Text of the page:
Comment: Dementia Carers
Earlier this year we published the findings our DeStress study which examined the health and wellbeing of individuals caring for a spouse with dementia. We collected data on various aspects of their health and wellbeing, their stress levels and the supports that they access and receive.
On World Mental Health Day I’d like to share with you some of our findings about their mental health and psychological well-being
Depression and anxiety were common. About 37% of carers reported clinically significant depressive symptoms and a further 40% reported levels of depressive symptoms that were not clinically significant. About 35% reported anxiety symptoms indicating borderline (15%) or probable (20.6%) mood disorders.
Anxiety, stress, burden and quality of life generally improved among those whose spouse had gone into long-term care and those who had been bereaved at the follow-up assessment. However, the carers’ depression and distress did not change significantly over the follow-up period.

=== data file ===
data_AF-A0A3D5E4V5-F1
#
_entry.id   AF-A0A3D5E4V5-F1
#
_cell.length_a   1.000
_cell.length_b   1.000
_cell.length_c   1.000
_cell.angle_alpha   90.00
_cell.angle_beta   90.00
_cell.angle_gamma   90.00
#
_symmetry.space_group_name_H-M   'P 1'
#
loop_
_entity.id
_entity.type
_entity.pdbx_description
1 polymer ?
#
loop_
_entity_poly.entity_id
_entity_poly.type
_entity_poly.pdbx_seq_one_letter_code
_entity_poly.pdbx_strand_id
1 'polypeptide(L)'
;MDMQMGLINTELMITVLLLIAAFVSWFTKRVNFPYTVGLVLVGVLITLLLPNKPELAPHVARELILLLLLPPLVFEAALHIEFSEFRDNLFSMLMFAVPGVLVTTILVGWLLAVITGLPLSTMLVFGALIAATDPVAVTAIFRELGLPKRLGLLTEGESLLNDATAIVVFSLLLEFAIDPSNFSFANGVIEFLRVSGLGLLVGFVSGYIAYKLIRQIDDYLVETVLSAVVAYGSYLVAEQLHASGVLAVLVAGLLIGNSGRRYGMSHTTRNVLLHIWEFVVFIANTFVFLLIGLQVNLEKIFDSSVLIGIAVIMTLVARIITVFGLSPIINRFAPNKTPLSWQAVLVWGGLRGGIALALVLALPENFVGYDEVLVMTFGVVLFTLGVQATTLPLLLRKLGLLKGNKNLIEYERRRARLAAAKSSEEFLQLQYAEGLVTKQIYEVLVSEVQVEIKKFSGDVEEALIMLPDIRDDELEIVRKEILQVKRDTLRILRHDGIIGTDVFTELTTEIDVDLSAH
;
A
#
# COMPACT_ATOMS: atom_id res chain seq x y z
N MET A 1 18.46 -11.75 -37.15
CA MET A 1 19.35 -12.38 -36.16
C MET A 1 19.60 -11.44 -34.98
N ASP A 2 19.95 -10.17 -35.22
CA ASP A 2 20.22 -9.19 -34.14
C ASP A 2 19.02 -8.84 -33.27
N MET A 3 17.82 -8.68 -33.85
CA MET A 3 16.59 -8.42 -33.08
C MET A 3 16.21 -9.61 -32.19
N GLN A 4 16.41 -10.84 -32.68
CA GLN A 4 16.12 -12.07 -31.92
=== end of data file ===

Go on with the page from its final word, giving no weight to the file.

Men reported significantly better mental health, quality of life and life satisfaction than women. Older carers tended to report fewer symptoms of depression, anxiety, distress, burden, and stress and they rated a better quality of life and life satisfaction than younger carers.
You can read the full report here
Caring for a loved one with dementia can be rewarding but it can also be overwhelming and isolating. If you know someone who is providing care, consider visiting them for a cuppa and a chat. We often ask how the person with dementia is doing but why not ask their carer how they are doing? If you are providing care yourself don’t be afraid to reach out and ask for help – you might find these resources that I developed useful www.hellobrain.eu/carers